HISTORY MAKER MATSUYAMA OF JAPAN WINS MASTERS FOR MAIDEN MAJOR VICTORY

HISTORY MAKER MATSUYAMA OF JAPAN WINS MASTERS FOR MAIDEN MAJOR VICTORY
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Hideki Matsuyama overcame a potentially ruinous moment to become the first Japanese man to win a major championship with a one-shot Masters victory over Will Zalatoris at Augusta National on Sunday (April 11).

Matsuyama, who started the day with a four-shot lead over a quartet that included playing competitor Xander Schauffele and Masters debutant Zalatoris, carded a one-over-par 73 that left him at 11 under on the week at the year’s first major.

“I am really happy. My nerves really didn’t start on the back nine, it was right from the start and right until the very last putt,” Matsuyama said.

“I was thinking about them [friends and family] all the way around. I am really happy I played well for them. Hopefully I will be a pioneer and many other Japanese players will follow and I am glad to open the floodgates.”

The 29-year-old Japanese was seemingly in control until a bogey at the par-five 15th, where his approach shot went in the water behind the green, compounded with a birdie from Schauffele turned his four-stroke cushion into a two-shot lead.

But world No. 6 Schauffele put his tee shot at the par-three 16th into the water and made triple-bogey to fall out of contention. He finished three shots back of Matsuyama and in a share of third with former champion Jordan Spieth (70).

“I was thinking about them [friends and family] all the way around. I am really happy I played well for them. Hopefully I will be a pioneer and many other Japanese players will follow and I am glad to open the floodgates.”

The 29-year-old Japanese was seemingly in control until a bogey at the par-five 15th, where his approach shot went in the water behind the green, compounded with a birdie from Schauffele turned his four-stroke cushion into a two-shot lead.

But world No. 6 Schauffele put his tee shot at the par-three 16th into the water and made triple-bogey to fall out of contention. He finished three shots back of Matsuyama and in a share of third with former champion Jordan Spieth (70).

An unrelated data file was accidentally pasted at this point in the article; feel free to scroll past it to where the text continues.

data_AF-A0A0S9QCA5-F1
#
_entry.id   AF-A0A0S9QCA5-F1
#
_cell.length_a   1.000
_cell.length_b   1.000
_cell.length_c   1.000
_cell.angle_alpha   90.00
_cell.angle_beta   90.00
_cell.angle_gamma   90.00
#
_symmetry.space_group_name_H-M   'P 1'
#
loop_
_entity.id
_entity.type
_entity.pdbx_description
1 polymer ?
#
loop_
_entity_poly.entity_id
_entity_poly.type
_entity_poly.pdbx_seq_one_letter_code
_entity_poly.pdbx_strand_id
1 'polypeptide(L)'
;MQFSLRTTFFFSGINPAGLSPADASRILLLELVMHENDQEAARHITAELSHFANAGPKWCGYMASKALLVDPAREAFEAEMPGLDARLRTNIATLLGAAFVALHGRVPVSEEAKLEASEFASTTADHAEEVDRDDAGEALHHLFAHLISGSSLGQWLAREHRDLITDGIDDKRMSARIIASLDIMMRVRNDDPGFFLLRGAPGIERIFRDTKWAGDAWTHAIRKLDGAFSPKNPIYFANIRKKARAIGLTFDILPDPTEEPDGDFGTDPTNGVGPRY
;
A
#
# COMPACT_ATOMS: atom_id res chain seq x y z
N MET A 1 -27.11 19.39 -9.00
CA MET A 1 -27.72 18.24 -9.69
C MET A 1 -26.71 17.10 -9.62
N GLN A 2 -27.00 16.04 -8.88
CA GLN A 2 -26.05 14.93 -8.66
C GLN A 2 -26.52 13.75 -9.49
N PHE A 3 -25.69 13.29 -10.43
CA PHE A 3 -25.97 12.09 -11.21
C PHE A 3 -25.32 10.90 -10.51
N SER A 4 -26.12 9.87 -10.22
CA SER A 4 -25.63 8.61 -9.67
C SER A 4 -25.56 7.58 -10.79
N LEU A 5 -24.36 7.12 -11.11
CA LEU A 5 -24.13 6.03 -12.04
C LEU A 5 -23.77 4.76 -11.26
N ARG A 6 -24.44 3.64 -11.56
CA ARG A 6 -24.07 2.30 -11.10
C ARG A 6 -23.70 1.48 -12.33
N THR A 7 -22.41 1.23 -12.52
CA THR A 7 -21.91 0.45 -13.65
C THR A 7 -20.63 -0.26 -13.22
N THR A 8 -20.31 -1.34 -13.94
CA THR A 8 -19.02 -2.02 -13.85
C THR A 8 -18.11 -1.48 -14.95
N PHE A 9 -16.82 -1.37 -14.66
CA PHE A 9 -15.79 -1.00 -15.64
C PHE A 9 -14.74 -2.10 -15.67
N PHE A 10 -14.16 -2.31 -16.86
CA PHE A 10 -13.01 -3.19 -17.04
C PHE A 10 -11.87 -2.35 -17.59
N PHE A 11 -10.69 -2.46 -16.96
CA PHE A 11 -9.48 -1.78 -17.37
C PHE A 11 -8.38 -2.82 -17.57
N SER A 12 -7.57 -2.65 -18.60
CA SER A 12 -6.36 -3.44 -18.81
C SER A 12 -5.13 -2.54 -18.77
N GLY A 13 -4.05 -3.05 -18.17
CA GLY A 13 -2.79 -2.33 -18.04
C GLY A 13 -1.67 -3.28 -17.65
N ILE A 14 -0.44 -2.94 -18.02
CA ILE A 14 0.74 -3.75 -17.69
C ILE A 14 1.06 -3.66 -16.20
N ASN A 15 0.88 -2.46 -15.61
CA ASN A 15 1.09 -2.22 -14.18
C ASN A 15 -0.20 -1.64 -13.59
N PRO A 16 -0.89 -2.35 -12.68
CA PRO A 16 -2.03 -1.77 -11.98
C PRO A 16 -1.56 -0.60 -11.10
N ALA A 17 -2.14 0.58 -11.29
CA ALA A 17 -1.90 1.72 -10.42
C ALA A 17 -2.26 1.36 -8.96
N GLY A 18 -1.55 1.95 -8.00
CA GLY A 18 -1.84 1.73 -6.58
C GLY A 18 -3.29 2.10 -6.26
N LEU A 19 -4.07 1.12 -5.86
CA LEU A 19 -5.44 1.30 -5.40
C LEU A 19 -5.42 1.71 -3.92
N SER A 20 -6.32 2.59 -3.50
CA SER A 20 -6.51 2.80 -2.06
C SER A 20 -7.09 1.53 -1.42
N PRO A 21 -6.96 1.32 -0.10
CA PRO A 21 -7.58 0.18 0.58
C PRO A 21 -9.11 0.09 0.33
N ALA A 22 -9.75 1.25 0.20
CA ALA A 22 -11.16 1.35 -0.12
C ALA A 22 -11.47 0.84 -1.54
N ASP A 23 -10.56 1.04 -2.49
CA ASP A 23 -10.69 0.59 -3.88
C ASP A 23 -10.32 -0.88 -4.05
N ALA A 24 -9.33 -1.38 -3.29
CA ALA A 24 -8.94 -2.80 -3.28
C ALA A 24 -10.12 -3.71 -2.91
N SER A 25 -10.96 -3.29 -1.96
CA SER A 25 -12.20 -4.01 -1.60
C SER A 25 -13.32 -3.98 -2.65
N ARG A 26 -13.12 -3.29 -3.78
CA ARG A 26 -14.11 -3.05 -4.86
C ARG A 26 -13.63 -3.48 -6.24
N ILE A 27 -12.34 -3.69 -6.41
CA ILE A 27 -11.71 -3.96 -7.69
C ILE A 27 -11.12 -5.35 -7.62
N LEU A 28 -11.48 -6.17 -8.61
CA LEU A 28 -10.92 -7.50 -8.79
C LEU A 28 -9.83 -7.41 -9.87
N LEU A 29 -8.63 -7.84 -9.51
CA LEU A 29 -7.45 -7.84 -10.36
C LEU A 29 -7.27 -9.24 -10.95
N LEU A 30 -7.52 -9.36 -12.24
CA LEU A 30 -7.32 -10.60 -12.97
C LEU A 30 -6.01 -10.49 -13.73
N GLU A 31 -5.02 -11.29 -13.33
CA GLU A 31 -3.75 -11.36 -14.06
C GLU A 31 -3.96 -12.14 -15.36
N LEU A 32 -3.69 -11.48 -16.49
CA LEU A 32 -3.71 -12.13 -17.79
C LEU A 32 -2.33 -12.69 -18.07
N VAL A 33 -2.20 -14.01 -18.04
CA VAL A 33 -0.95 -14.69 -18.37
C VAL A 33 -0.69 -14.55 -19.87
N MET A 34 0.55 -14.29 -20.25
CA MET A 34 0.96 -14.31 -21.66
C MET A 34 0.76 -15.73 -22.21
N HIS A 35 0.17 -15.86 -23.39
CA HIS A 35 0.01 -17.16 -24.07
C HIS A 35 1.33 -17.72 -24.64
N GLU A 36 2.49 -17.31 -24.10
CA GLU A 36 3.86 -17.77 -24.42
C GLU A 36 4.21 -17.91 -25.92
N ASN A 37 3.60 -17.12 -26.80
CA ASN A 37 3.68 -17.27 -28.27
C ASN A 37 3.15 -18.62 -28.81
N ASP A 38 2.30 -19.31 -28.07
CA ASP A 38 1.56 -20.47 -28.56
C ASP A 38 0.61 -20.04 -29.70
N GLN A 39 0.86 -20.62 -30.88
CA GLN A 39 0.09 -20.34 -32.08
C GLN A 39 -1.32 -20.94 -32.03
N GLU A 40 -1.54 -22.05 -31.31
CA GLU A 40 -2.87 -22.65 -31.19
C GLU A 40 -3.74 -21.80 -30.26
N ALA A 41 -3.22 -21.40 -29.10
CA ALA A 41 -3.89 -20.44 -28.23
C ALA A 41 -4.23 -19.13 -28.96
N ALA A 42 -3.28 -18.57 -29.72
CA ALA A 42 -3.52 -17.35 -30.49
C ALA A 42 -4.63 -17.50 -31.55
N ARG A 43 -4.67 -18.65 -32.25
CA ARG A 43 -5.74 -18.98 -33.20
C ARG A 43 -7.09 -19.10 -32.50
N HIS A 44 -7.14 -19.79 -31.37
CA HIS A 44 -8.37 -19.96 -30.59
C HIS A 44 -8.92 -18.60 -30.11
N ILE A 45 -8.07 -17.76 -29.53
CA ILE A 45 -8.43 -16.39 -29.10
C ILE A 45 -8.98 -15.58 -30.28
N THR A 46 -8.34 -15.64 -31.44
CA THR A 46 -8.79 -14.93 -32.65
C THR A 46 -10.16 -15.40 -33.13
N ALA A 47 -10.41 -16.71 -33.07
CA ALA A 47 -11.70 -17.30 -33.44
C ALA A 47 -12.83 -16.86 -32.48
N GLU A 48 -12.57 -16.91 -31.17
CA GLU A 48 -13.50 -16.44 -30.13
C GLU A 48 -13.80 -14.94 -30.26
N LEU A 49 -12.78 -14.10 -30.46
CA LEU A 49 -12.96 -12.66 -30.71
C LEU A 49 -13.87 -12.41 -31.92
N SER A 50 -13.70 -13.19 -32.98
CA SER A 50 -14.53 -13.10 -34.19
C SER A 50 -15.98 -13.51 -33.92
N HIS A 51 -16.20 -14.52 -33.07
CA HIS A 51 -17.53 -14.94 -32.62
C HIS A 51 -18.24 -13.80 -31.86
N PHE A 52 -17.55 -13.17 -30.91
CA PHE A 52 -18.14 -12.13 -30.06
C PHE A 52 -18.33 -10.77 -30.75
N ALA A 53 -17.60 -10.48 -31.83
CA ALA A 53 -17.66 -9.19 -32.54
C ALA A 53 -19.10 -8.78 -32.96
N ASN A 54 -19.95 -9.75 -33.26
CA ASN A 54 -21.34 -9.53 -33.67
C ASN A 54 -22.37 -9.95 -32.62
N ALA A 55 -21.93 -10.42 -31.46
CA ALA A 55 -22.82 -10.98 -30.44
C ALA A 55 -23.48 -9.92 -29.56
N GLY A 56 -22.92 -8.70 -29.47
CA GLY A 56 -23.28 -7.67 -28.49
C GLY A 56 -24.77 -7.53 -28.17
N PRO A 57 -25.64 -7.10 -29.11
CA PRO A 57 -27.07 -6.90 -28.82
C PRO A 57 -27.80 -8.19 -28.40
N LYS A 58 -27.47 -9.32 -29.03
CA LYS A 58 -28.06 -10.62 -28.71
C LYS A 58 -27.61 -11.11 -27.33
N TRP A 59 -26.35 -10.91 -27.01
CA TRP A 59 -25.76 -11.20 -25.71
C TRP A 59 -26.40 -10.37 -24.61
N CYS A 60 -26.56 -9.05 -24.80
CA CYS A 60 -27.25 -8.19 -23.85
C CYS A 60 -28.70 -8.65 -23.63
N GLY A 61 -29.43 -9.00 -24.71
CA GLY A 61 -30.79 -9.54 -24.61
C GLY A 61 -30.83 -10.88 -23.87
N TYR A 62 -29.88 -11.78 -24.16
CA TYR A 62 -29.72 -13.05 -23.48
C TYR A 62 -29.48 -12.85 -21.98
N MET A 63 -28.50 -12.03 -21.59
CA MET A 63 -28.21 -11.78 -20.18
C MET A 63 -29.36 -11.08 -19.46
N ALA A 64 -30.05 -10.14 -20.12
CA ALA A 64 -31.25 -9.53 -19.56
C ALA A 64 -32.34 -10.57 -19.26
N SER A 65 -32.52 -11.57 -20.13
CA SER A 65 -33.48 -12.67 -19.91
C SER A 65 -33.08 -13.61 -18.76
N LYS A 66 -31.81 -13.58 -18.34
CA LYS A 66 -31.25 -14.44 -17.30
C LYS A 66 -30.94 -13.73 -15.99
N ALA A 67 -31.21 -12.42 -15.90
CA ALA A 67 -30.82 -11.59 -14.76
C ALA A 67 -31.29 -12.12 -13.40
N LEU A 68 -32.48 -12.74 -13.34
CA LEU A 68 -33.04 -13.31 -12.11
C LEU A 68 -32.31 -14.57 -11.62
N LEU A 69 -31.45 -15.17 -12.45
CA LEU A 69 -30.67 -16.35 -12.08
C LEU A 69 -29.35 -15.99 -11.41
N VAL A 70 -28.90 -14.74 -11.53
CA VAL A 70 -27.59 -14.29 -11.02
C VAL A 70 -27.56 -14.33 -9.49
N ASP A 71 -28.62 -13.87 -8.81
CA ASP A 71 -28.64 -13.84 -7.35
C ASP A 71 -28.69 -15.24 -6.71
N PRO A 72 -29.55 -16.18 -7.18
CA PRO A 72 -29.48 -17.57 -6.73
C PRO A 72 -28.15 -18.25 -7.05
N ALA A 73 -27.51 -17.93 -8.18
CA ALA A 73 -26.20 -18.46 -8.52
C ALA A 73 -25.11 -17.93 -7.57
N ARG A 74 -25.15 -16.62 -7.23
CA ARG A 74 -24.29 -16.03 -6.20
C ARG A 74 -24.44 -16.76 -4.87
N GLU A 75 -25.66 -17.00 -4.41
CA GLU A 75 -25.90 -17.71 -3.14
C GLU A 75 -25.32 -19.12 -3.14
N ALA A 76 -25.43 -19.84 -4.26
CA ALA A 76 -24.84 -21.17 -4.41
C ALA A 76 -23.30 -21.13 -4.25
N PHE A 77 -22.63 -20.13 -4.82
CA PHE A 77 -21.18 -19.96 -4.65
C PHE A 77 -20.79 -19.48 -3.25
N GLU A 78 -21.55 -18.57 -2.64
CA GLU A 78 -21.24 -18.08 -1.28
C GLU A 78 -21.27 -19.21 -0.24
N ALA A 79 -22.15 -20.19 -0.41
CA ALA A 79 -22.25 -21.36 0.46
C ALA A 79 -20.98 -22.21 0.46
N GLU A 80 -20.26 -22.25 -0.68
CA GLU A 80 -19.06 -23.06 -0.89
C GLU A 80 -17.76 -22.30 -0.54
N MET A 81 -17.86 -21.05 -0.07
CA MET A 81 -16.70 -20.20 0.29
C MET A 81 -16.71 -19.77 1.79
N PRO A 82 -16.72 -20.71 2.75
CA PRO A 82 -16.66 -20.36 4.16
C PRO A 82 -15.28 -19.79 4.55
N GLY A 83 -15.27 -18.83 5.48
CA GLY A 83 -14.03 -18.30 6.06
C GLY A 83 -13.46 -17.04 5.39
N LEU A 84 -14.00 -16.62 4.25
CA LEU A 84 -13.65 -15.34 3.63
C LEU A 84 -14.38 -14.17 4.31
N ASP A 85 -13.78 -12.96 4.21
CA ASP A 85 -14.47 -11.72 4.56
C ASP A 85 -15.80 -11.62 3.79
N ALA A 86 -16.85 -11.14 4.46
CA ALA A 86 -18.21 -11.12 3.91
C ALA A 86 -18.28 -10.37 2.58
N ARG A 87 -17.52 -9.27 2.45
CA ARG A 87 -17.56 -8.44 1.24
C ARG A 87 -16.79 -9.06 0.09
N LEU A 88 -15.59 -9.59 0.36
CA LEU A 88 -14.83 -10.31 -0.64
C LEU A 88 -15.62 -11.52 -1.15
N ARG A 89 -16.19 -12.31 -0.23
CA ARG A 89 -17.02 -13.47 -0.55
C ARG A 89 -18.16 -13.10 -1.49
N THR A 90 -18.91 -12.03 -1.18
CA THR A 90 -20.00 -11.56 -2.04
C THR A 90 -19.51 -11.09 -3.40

“I was coming in hot, I was feeling good,” said Schauffele, who made four consecutive birdies starting at the par-three 12th. “Hideki surprisingly went for the green on 15 so I felt like he gave me a little bit of hope there and maybe (I was) a little hyper-aggressive there on 16.”

Matsuyama bogeyed the 16th which left him with a two-shot lead over Zalatoris (70), who was already in the clubhouse at nine under on the week, and went on to close the deal with a par-bogey finish.

The victory by Matsuyama came in his 33rd major championship appearance and ended Zalatoris’s impressive bid to become the first Masters debutant to win a Green Jacket since Fuzzy Zoeller accomplished the feat in 1979.

Speaking to reporters on Monday morning in Tokyo, Japanese Prime Minister Yoshihide Suga called Matsuyama’s historic win “wonderful” and a source of pride and courage for the Japanese people during the difficulties posed by the COVID-19 pandemic.

“He’s also a graduate of a university in Tohoku,” Suga said, referring to the northeastern region of Japan devastated by the massive earthquake and tsunami 10 years ago. “(His win) has also provided a big boost to the recovery from the disasters.”

Matsuyama had made a shaky start with a bogey at the first hole that cut his lead to one stroke but made three birdies before the turn, including at both par-fives, to restore control.

He bogeyed the 12th where he failed to get up and down from a back bunker but tapped in for birdie at the par-five 13th and was looking set for a comfortable finish.

But Matsuyama said he never allowed himself to think the Green Jacket was his until his tee shot at the par-four 18th final hole found the fairway.

“My nerves really didn’t start on the second nine,” said Matsuyama. “It was right from the start today and right to the very last putt.”

World No. 3 Jon Rahm, whose wife gave birth to their first child last weekend, carded the day’s low round, a six-under-par 66, vaulting him into a share of fifth place.

“I am really happy. My nerves really didn’t start on the back nine, it was right from the start and right until the very last putt,” he said.

“I was thinking about them [friends and family] all the way around. I am really happy I played well for them. Hopefully I will be a pioneer and many other Japanese players will follow and I am glad to open the floodgates.”

-Reuters

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